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Technical Paper

Optimal Water Jacket Flow Distribution Using a New Group-Based Space-Filling Design of Experiments Algorithm

2018-04-03
2018-01-1017
The availability of computational resources has enabled an increased utilization of Design of Experiments (DoE) and metamodeling (response surface generation) for large-scale optimization problems. Despite algorithmic advances however, the analysis of systems such as water jackets of an automotive engine, can be computationally demanding in part due to the required accuracy of metamodels. Because the metamodels may have many inputs, their accuracy depends on the number of training points and how well they cover the entire design (input) space. For this reason, the space-filling properties of the DoE are very important. This paper utilizes a new group-based DoE algorithm with space-filling groups of points to construct a metamodel. Points are added sequentially so that the space-filling properties of the entire group of points is preserved. The addition of points is continuous until a specified metamodel accuracy is met.
Technical Paper

Numerical Investigation of the Sensitivity of the Performance Criteria of an Automotive Cyclone Particle Separator to CFD Modeling Parameters

2009-04-20
2009-01-1176
Predicting the optimum performance parameters of an automotive cyclone particle separator (separation efficiency and pressure drop) using computational fluid dynamics by varying its geometrical parameters is challenging and a time consuming process due to the highly swirling nature of the flow. This study presents results of three investigations of the performance and design of a cyclone separator: a sensitivity analysis, deterministic optimization and a reliability based design optimization. All three cases involved variation of four geometric parameters that characterize the design of the cyclone.
Technical Paper

Imprecise Reliability Assessment When the Type of the Probability Distribution of the Random Variables is Unknown

2009-04-20
2009-01-0199
In reliability design, often, there is scarce data for constructing probabilistic models. It is particularly challenging to model uncertainty in variables when the type of their probability distribution is unknown. Moreover, it is expensive to estimate the upper and lower bounds of the reliability of a system involving such variables. A method for modeling uncertainty by using Polynomial Chaos Expansion is presented. The method requires specifying bounds for statistical summaries such as the first four moments and credible intervals. A constrained optimization problem, in which decision variables are the coefficients of the Polynomial Chaos Expansion approximation, is formulated and solved in order to estimate the minimum and maximum values of a system’s reliability. This problem is solved efficiently by employing a probabilistic re-analysis approach to approximate the system reliability as a function of the moments of the random variables.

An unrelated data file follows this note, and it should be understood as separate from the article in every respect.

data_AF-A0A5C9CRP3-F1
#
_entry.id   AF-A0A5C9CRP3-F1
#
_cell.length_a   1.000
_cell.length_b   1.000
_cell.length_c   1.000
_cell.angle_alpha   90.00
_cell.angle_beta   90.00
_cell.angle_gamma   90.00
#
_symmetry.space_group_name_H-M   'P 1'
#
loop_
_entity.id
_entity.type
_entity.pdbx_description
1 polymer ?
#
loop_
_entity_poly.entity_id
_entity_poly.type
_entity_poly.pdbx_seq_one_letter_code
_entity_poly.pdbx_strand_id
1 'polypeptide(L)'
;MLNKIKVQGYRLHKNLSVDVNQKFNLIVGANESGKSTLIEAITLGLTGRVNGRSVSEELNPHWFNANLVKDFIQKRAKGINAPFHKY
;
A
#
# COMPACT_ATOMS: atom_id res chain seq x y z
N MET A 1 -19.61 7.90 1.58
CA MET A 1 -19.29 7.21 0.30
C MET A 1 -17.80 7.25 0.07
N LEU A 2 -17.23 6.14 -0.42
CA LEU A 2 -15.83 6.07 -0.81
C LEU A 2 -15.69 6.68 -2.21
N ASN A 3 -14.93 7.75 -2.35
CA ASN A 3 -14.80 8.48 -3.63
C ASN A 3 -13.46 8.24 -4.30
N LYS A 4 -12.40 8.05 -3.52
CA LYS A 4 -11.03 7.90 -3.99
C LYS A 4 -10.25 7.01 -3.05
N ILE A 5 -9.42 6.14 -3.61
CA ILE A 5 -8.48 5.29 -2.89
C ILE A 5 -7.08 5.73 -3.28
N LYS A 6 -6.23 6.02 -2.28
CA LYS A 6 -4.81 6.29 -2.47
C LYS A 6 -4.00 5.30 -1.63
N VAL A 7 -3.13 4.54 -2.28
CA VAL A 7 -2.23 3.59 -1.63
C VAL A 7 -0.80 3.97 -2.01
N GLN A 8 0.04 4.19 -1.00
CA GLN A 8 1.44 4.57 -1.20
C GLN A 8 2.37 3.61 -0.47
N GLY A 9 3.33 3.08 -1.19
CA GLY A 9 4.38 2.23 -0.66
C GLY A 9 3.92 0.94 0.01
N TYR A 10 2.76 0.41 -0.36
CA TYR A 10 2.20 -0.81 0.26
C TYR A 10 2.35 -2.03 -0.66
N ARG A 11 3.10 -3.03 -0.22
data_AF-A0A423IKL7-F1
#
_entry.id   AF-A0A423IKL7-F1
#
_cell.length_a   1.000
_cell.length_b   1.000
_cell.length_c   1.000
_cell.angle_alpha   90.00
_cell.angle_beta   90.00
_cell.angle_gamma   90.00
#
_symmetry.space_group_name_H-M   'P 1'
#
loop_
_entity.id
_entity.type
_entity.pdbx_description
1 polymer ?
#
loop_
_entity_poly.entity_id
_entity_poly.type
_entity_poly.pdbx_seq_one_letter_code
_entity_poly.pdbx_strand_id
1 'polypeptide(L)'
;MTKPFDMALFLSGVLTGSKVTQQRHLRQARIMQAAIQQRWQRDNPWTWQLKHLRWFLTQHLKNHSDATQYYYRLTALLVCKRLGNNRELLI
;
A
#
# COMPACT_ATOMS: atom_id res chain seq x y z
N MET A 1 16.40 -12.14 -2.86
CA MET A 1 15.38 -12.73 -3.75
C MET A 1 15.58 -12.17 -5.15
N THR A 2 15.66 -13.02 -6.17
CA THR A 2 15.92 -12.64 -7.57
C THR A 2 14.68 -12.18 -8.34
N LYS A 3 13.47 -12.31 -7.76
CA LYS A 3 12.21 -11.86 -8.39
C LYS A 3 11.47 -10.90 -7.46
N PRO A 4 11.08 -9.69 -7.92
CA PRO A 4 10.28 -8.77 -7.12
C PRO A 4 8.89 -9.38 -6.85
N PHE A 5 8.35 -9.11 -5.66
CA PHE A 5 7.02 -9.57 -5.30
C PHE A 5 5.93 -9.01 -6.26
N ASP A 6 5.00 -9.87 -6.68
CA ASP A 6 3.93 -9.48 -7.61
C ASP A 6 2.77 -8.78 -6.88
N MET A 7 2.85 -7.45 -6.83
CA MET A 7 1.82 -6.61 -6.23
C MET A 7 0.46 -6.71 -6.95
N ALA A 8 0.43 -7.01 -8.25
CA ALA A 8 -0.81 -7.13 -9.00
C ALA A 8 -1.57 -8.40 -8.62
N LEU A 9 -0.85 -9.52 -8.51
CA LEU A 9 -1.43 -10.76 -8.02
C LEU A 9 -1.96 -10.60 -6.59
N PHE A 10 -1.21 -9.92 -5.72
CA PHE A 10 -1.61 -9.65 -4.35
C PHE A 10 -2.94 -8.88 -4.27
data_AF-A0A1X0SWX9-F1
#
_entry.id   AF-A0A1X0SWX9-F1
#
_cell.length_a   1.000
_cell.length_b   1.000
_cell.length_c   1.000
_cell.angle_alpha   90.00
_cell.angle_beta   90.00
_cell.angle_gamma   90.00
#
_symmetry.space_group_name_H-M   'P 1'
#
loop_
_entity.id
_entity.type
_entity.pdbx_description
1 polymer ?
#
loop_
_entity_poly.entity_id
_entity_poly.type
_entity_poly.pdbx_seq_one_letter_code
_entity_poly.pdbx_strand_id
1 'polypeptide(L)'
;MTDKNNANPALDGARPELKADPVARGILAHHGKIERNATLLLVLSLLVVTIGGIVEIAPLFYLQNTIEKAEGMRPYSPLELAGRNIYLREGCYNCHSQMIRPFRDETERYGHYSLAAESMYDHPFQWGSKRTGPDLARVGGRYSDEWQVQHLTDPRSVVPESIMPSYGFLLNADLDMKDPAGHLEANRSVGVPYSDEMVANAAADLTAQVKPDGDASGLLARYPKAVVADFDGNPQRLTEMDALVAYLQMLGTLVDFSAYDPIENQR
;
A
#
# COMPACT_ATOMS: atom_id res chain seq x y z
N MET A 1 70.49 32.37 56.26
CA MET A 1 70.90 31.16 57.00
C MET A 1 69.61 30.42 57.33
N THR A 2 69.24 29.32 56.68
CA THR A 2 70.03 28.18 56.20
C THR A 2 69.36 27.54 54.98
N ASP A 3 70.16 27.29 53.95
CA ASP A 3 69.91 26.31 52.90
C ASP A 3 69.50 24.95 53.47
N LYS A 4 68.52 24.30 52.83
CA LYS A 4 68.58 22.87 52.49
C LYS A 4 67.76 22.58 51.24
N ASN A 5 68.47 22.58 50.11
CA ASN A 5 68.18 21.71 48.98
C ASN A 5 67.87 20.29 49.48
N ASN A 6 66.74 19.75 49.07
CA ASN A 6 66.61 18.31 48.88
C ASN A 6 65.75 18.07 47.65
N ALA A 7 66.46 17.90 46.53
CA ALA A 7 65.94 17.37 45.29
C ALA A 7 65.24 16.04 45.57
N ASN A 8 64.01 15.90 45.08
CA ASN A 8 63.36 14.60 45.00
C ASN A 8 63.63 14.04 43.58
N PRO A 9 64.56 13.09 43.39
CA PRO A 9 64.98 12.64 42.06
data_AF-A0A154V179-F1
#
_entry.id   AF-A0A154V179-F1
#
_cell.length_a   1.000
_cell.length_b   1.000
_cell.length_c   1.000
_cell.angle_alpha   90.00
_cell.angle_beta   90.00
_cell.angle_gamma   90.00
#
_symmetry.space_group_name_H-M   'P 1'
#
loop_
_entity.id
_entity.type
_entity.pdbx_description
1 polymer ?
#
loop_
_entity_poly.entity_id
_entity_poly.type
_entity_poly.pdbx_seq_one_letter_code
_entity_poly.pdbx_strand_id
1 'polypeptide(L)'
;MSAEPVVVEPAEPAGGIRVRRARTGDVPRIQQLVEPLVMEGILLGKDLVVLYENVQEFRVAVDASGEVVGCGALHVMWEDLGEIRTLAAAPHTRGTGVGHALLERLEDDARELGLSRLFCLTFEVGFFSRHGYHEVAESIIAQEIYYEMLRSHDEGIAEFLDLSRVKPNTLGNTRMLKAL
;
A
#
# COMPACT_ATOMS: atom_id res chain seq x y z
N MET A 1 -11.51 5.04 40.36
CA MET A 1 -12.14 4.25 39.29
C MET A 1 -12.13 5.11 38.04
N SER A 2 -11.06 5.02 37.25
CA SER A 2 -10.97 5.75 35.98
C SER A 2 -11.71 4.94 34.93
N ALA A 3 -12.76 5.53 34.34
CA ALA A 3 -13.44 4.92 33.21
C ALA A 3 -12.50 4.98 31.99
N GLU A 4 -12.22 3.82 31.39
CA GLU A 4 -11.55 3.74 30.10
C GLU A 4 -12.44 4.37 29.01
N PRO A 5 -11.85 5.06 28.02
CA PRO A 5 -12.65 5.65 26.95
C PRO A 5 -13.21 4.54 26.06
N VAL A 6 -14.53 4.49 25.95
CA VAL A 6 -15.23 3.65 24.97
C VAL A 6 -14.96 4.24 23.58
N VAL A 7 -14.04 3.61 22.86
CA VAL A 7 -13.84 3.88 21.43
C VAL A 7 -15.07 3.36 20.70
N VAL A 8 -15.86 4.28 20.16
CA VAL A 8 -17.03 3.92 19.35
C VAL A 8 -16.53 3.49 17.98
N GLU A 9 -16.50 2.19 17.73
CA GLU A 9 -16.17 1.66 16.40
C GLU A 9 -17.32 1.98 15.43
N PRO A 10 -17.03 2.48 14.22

Technical Paper

FEA Simulation of Induction Hardening and Residual Stress of Auto Components

2009-04-20
2009-01-0418
The paper studies the distributions of residual stresses in auto components after induction hardening. Three prototype parts are analyzed in this paper. Firstly, the temperature fields of the analyzed parts are quantitatively simulated during quenching by simulating surface heating to the austenitization temperature of the material. Secondly, the formation and states of the residual stresses are predicted. Therefore the distribution of residual stress is simulated and shows compressive stresses on the surface of components so that the strength can be improved. The simulated results by computer are compared with experimental results. The good comparison indicates that the results obtained by the FEA analysis are reliable. Thus, it can be concluded that the FEA (Finite element analysis) program is effectively developed to simulate heating and quenching processes and residual stresses distribution.
Technical Paper

An Application of Ant Colony Optimization to Energy Efficient Routing for Electric Vehicles

2013-04-08
2013-01-0337
With the increased market share of electric vehicles, the demand for energy-efficient routing algorithms specifically optimized for electric vehicles has increased. Traditional routing algorithms are focused on optimizing the shortest distance or the shortest time in finding a path from point A to point B. These traditional methods have been working well for fossil fueled vehicles. Electric vehicles, on the other hand, require different route optimization techniques. Negative edge costs, battery power limits, battery capacity limits, and vehicle parameters that are only available at query time, make the task of electric vehicle routing a challenging problem. In this paper, we present an ant colony based, energy-efficient routing algorithm that is optimized and designed for electric vehicles. Simulation results show improvements in the energy consumption of electric vehicles when applied to a start-to-destination routing problem.